Into the Raging Sea: Thirty-Three Mariners, One Megastorm, and the Sinking of El Faro

Into the Raging Sea: Thirty-Three Mariners, One Megastorm, and the Sinking of El Faro

by Rachel Slade

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Product Details

ISBN-13: 9780062699701
Publisher: HarperCollins Publishers
Publication date: 05/01/2018
Pages: 416
Sales rank: 28,314
Product dimensions: 5.90(w) x 9.20(h) x 1.60(d)

About the Author

Rachel Slade is a Boston-based journalist, writer, and editor. She was a staff writer at Boston magazine for ten years, and her writing earned her a City and Regional Magazine Award in civic journalism. She splits her time between Brookline, Massachusetts, and Rockport, Maine.

Table of Contents

Cast of Characters xiii

Chain of Command Aboard El Faro xix

El Faro Plans and Cross-Section xx

A Note on the Text xxiii

Part I

Chapter 1 The Clock Is Ticking 3

Chapter 2 Blount Island 7

Chapter 3 Tropical Storm Joaquin 24

Chapter 4 Third Mate Jeremie Riehm 37

Chapter 5 A Hurricane Is Not a Point on a Map 64

Chapter 6 Second Mate Danielle Randolph 82

Chapter 7 Collision Course 95

Chapter 8 Hull Number 670 111

Chapter 9 Afternoon 134

Chapter 10 Captain Michael Davidson 153

Chapter 11 Question Authority? 168

Chapter 12 The Jones Act 186

Chapter 13 Evening 202

Chapter 14 Night 219

Chapter 15 Necesitamos la Mercancía 231

Chapter 16 Dawn 246

Chapter 17 The Raging Sea 257

Chapter 18 We're Gonna Make It 270

Part II

Chapter 19 We've Lost Communication 281

Chapter 20 Search and Rescue 299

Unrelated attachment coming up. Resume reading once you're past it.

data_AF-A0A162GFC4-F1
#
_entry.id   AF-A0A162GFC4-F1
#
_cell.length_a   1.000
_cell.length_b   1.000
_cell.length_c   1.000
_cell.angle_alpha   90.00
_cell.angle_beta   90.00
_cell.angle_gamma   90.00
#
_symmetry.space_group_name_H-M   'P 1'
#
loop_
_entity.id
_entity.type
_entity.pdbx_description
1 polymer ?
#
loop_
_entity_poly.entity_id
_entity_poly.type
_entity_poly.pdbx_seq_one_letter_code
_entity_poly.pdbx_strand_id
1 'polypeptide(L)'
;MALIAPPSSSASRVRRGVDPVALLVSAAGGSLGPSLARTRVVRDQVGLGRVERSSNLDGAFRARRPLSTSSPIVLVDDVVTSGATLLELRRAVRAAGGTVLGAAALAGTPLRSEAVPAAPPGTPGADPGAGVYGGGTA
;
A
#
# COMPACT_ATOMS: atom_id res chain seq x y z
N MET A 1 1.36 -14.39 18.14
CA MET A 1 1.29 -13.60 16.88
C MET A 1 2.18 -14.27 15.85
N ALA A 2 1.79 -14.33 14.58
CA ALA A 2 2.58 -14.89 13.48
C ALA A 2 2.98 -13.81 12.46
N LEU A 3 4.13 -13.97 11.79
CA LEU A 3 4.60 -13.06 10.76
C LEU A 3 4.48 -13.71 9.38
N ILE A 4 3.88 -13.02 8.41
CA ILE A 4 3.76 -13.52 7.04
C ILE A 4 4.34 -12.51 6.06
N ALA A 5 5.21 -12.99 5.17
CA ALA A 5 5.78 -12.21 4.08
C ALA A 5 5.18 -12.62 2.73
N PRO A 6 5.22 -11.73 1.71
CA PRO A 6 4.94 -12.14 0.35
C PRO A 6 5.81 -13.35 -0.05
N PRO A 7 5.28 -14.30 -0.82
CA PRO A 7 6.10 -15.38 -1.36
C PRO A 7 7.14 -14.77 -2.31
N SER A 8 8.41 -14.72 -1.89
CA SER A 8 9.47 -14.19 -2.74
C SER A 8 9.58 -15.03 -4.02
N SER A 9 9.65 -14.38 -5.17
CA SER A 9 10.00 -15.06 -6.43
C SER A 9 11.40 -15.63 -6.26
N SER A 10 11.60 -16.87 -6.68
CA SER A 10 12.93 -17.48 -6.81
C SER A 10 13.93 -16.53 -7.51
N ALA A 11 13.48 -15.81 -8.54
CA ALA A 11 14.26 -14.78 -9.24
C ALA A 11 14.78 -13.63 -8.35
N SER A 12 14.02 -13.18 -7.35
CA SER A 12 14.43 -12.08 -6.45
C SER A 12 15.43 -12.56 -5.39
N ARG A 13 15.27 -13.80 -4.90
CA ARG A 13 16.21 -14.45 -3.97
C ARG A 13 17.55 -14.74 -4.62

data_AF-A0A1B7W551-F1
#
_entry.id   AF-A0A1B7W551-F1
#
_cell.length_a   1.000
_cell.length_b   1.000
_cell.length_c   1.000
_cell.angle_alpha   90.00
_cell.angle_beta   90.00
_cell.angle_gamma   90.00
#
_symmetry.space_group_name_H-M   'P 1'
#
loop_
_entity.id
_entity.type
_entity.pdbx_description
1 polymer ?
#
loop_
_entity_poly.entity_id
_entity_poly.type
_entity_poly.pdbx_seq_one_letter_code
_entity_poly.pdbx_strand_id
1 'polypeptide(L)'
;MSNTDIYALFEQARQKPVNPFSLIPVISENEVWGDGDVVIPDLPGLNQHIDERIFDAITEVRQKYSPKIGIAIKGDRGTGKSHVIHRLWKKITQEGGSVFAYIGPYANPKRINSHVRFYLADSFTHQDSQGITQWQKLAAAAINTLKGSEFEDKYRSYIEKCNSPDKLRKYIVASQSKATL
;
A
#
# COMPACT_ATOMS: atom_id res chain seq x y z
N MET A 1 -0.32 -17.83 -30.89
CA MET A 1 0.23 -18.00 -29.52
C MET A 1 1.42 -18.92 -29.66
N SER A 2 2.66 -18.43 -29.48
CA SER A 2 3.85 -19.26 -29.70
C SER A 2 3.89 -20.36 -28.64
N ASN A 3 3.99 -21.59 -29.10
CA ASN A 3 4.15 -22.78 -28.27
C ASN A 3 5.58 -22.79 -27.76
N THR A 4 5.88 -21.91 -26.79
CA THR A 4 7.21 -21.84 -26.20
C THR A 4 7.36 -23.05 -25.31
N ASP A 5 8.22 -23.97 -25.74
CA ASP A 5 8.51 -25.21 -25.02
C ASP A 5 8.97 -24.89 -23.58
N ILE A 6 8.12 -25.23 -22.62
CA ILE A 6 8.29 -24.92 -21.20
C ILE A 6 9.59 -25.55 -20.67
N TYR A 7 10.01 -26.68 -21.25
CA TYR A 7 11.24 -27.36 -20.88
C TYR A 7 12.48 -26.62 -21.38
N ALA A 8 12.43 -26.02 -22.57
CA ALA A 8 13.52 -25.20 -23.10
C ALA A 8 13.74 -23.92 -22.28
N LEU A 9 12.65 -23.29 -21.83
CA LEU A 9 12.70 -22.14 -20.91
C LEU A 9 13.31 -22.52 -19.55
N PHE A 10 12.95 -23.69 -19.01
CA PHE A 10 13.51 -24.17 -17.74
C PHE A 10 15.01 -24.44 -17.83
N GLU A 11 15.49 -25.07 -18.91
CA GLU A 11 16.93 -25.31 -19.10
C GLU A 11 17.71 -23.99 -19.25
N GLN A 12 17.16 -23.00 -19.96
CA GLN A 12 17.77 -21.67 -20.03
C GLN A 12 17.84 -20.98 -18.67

Chapter 21 Flight to Jacksonville 318

Chapter 22 Ships Don't Just Disappear 334

Chapter 23 Profit and Loss 351

Chapter 24 The Truth Is Out There 368

Chapter 25 How to Sink a Ship 385

Chapter 26 Admiral Greene Clears the Air 394

Chapter 27 Portrait of Incompetence 416

Chapter 28 Mission Number Two 432

Chapter 29 The Proof Is in the Pudding 443

Chapter 30 Voices 459

Chapter 31 Twenty-Four Minutes 469

Chapter 32 Spirits 476

Epilogue 483

Crew List 503

Acknowledgments 505

A Note on Sources 511

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Into the Raging Sea: Thirty-Three Mariners, One Megastorm, and the Sinking of El Faro 4.2 out of 5 based on 0 ratings. 5 reviews.
Richardson54 5 months ago
I remember hearing about the El Faro on the local news down here in Florida. This is a good account of the tragedy but the author strays off course. The doomed ship's black box preserved the dialogue amongst the crew. As one reads further you learn of all the factors leading to the tragic sinking. Unfortunately the author sends a shot across the bow at President Trump. The reference was such an incredible stretch to a book about the sinking of the El Faro. The author showed poor discipline by injecting her disdain of the POTUS into a fact based book on this tragedy. If I want to hear about Trump I'll watch MSNBC, Fox, and, CNN. The author also delves into global warming. It may exist but there is not empirical evidence that it has increased the number of hurricanes. This at least had some relevance to the book versus the Trump shot. I read to relax and take a respite from politics. That didn't happen here. I don't buy books for the pictures. I do think that the pictures of the crew would have enhanced the book.
Richardson54 5 months ago